The Blond Blizzard of Virginia was a legend in many respects; he combined hard living, hard driving, and hard partying. Curtis never won a Cup Championship, but he never lost a party. His bashes were legendary, often leaving right from a party to a race, and returning back to the party afterwards. An Oldsmobile pilot from 1950-1954, he would then switch to Fords. In 1956 he would win 22 races in NASCAR's convertible series. He never ran a full season to contend for a championship, but not many drivers did in those days. He was the first NASCAR driver to appear on the cover of Sports Illustrated; heralded as "The Babe Ruth of Stock Car Racing." He later would earn the nickname, “Pops”, for his propensity to pop drivers in the back and move them out of his way.

Turner broke many barriers in racing: The first driver to win a race by two laps, while leading every lap at Rochester, NY and Charlotte, NC in 1950 . He was flagged the winner at Weaverville in 1956 after the race was red flagged, because all of the other cars had wrecked or broke. That same year he won the Southern 500 by two laps over pole-sitter Speedy Thompson. In 1967 he qualified Smokey Yunick's #13 Chevrolet for the Daytona 500 at 180.831mph, becoming the first driver to break the 180mph barrier in a stock car.

In 1959, on a whim, Turner decided to build a racetrack and conceived the Charlotte Motor Speedway. With $2 million to work with, he began moving dirt, only to hit a very large rock; he would spend over $70,000 in dynamite trying to blow up a gigantic piece of granite. As the budget for the track continued to go up, the contractors refused to finish the backstretch shortly before the inaugural race in 1960. It wasn't until Curtis provided some persuasion in the form of a Smith & Wesson revolver did the equipment start moving again. This would, however, prove to be his undoing.

Desperate for cash and to pay off the debt he had incurred, Turner attempted to organize a driver's union in 1961. This was heresy as far as Big Bill France was concerned. Turner was issued a lifetime ban from NASCAR racing, although in 1965 he was allowed to return to the track. His final win would come that year at the American 500, the first race ever held at the North Carolina Motor Speedway in Rockingham. At Atlanta in 1967, Turner crashed heavily in Yunick's Chevrolet, a violent wreck that led Yunick to pull his entry from the race stating, "I'm not going to build the car that Curtis Turner gets killed in."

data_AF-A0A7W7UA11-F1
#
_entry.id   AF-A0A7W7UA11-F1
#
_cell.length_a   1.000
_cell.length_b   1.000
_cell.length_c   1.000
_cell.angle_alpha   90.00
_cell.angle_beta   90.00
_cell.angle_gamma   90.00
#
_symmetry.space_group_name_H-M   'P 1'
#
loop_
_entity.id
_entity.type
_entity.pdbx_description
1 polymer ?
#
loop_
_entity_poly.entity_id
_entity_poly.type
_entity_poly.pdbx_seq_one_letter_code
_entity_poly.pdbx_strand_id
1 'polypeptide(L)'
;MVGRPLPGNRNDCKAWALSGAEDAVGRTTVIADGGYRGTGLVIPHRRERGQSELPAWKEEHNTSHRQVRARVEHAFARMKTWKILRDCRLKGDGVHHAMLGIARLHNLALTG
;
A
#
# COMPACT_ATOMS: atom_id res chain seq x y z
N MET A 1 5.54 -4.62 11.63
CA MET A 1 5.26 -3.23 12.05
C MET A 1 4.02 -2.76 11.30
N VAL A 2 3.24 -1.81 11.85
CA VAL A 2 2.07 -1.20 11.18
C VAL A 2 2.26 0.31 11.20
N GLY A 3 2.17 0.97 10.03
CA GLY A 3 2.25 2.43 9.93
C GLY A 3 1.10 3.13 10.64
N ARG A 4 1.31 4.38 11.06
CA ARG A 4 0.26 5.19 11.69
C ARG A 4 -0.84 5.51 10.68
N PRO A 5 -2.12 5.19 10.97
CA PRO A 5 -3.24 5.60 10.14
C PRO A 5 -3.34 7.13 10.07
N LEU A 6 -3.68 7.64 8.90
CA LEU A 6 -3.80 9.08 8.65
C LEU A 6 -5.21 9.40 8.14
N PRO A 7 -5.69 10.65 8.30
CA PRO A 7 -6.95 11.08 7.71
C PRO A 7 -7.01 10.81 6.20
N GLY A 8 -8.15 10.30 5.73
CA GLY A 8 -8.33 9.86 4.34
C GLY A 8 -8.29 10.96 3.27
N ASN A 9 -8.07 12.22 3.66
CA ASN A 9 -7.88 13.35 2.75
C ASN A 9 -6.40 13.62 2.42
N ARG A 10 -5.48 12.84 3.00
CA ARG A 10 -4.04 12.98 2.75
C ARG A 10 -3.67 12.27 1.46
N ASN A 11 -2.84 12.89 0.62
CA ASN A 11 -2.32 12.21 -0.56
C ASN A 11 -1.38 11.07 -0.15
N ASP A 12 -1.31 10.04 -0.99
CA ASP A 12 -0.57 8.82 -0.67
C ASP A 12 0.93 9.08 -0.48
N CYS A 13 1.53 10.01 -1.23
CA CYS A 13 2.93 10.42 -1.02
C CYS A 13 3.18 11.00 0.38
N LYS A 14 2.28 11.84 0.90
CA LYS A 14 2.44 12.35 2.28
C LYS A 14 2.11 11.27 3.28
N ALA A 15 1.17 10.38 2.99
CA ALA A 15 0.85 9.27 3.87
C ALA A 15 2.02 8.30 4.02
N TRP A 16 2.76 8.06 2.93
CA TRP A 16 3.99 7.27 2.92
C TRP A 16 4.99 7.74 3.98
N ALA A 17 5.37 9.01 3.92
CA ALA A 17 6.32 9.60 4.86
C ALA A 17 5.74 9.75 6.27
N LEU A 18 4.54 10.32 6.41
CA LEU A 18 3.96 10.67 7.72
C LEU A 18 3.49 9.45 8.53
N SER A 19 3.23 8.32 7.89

Turner would retire from racing following the 1968 season, and would die in a plane crash near Punxsutawney, Pennsylvania on October 14, 1970. The crash also claimed the life of golfer Clarence King.

Benny Parson's is quoted as saying, "ask any race fan under 50 who's the best racecar driver of all time, and they'll say Dale Earnhardt. Ask any race fan over 50, and they'll say Curtis Turner." Turner one time lined up eight glass jars of moonshine on an empty road, and proceeded to slide a Cadillac in between them, executing a 180 "Bootlegger Turn" ….sliding the car backwards through them. He did so cleanly, not spilling as much as a drop. He emerged from the car and in his slow Virginian drawl said, "It was easy…..I couldn't waste all the good liquor."